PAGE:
Update 8:49 p.m. ET, Tuesday, 6/11 - Updated to reflect Tuesday night's debate
Springfield, Massachusetts (CNN) - Democratic Rep. Ed Markey and Republican newcomer Gabriel Gomez squared off in their second of three debates Tuesday night, two weeks before the special election and just as recent polls indicate the contest is tightening up.
In a sometimes fiery exchange that veered from the issue of digital privacy to the contested Keystone pipeline, both candidates often reverted back to negative attacks.
Gomez repeatedly tried to tie Markey and the lawmaker's nearly four decades in the House of Representatives to an unpopular Congress.
"You are Washington, D.C., and you own the national debt, sir," Gomez said.
Markey suggested his opponent would serve as yet another vote for a GOP that's only growing more conservative.
"I've had a job. My job has been fighting the tea party Republicans," Markey said during the debate.
The ultimate winner will fill the seat vacated earlier this year by John Kerry, who went on to become secretary of state. An interim senator, appointed by the governor, currently holds the seat.
Democrats are in nearly the same position they found themselves three years ago when the state's attorney general, Martha Coakley, was favored to defeat another fresh face, Scott Brown, to replace the late Sen. Edward Kennedy.
Coakley went on lose but only after a last ditch attempt by Democrats to hold on to the seat.
Just days before that election, President Barack Obama held a rally in Boston where he praised the then-attorney general as someone who has "fought for the people of Massachusetts every single day."
The president can only hope for a different outcome when he headlines a campaign event for Markey on Wednesday.
In an interview with CNN, Markey rejected the notion Obama's trip is a sign his Senate bid is in trouble.
"Just the opposite. My opponent he had John McCain in. He had Rudy Giuliani in. That's who he's identifying himself with. And I have Barack Obama coming in," Markey told CNN. "And I think it's going to clarify for the voters of this state whose side each one of the candidates is on."
Gomez, a private equity investor and former Navy SEAL, is clearly enjoying the attention he is receiving from the White House. But mindful of the president's popularity in Massachusetts, the GOP candidate was careful not to gloat.
"I guess I'm the reason he's coming up here. He's trying to prop up Congressman Markey," Gomez said in an interview with CNN.
In contrast to Brown, who was a state senator in his race against Coakley, Gomez is a political novice who has never run for statewide or national office. His relative inexperience has, at times, hampered his campaign.
The Republican made some in his own party wince last month when he referred to Markey as "pond scum" in response to a recent attack web video from his Democratic opponent.
The video slammed Gomez for his links to a group that accused Obama of taking too much credit for the killing of Osama bin Laden.
Asked Tuesday if he stood by his "pond scum" moment, Gomez indicated he regretted the remark.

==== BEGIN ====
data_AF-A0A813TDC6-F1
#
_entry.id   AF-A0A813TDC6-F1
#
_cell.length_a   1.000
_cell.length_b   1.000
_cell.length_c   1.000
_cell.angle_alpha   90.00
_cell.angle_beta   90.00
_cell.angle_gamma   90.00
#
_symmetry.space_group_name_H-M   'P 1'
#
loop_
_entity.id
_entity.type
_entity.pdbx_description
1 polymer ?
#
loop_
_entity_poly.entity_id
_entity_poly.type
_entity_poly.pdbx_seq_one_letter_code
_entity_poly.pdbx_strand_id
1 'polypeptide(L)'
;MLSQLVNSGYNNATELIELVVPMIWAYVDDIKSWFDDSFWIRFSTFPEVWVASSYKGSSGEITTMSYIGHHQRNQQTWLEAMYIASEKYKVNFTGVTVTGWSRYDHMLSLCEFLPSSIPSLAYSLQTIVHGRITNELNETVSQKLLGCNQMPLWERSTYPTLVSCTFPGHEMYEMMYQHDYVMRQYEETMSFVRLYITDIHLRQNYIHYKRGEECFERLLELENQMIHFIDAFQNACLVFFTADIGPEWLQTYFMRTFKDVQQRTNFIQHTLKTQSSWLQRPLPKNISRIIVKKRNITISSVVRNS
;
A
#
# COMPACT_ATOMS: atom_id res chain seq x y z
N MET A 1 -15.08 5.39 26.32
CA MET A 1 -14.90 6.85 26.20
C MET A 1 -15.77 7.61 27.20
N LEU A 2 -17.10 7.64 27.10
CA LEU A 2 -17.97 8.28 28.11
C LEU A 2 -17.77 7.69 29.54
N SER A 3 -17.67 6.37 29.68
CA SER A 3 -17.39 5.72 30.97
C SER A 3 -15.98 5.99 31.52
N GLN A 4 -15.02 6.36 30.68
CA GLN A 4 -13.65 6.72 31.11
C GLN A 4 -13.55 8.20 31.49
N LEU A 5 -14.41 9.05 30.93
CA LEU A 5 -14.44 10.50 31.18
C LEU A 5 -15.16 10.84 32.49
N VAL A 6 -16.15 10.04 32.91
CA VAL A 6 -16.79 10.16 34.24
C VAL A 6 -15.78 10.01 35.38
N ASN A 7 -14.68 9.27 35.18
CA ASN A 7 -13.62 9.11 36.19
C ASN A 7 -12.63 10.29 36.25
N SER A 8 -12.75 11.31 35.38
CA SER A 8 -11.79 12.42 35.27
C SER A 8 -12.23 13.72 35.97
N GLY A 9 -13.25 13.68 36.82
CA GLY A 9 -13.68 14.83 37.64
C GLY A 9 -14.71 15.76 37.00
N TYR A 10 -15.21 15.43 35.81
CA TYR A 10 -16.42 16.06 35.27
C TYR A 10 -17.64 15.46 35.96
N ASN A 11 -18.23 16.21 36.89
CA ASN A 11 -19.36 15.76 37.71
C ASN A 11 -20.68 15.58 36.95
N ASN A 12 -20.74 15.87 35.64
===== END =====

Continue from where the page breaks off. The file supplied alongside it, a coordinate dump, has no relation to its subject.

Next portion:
"You know for somebody to put anybody's vision or anybody's picture next to Osama bin Laden, let alone a service member, let alone a former SEAL, I think is pretty much below the low. You know it was a human moment. Was I thinking it? Yeah. Should I have said it? Probably not," Gomez told CNN.
For his part, Markey said he has no regrets about the video.
"He was a spokesman for a group that called Barack Obama out for in his opinion politicizing the killing of Osama bin Laden, and all of the video which that group ran was completely and totally uncalled for," Markey told CNN.
Two polls released this week by Suffolk University and WBUR/MassINC show Markey ahead by seven percentage points in a state that should be a Democratic bet. Previous polls had the Democrat ahead of Gomez by double digits.
The two contenders have butted heads over bigger issues than political campaign tactics. Major topics up for debate have ranged from gun control to health care reform to Markey's three decades in Congress.
Gomez has attempted to appeal as a new kind of Republican to Massachusetts voters. If elected, Gomez hopes to join the bipartisan group of senators working on immigration reform and make it a "gang of nine."
Still, "in a perfect world," Gomez says he would repeal Obamacare.
Such remarks, Markey says, make Gomez a defender of the "same old, stale Republican ideas."
In an interview with CNN, Markey said the case of National Security Agency leaker, Edward Snowden, should serve as a catalyst for a new conversation on the privacy rights of Americans in an increasingly digital age.
"I've been the leader in many ways on this issue in trying to ferret out what's going on, what are the standards by which government collects information," Markey said.
Another critic of government surveillance, Democratic Sen. Ron Wyden of Oregon issued a fundraising appeal on Markey's behalf Tuesday night, referring to the congressman as a defender of "digital privacy."
But the two candidates found one thing they could agree on: the New England Patriots.
Clearly learning from Coakley's mistake in 2010 when she alienated Boston sports fans with a gaffe about the Boston Red Sox, both Markey and Gomez were well aware of controversial quarterback Tim Tebow's reported move to the Patriots.
"Any player that Bill Belichick signs is a good idea. In Belichick, we trust," Markey said.
"I'm happy that we got Tim Tebow," Gomez said.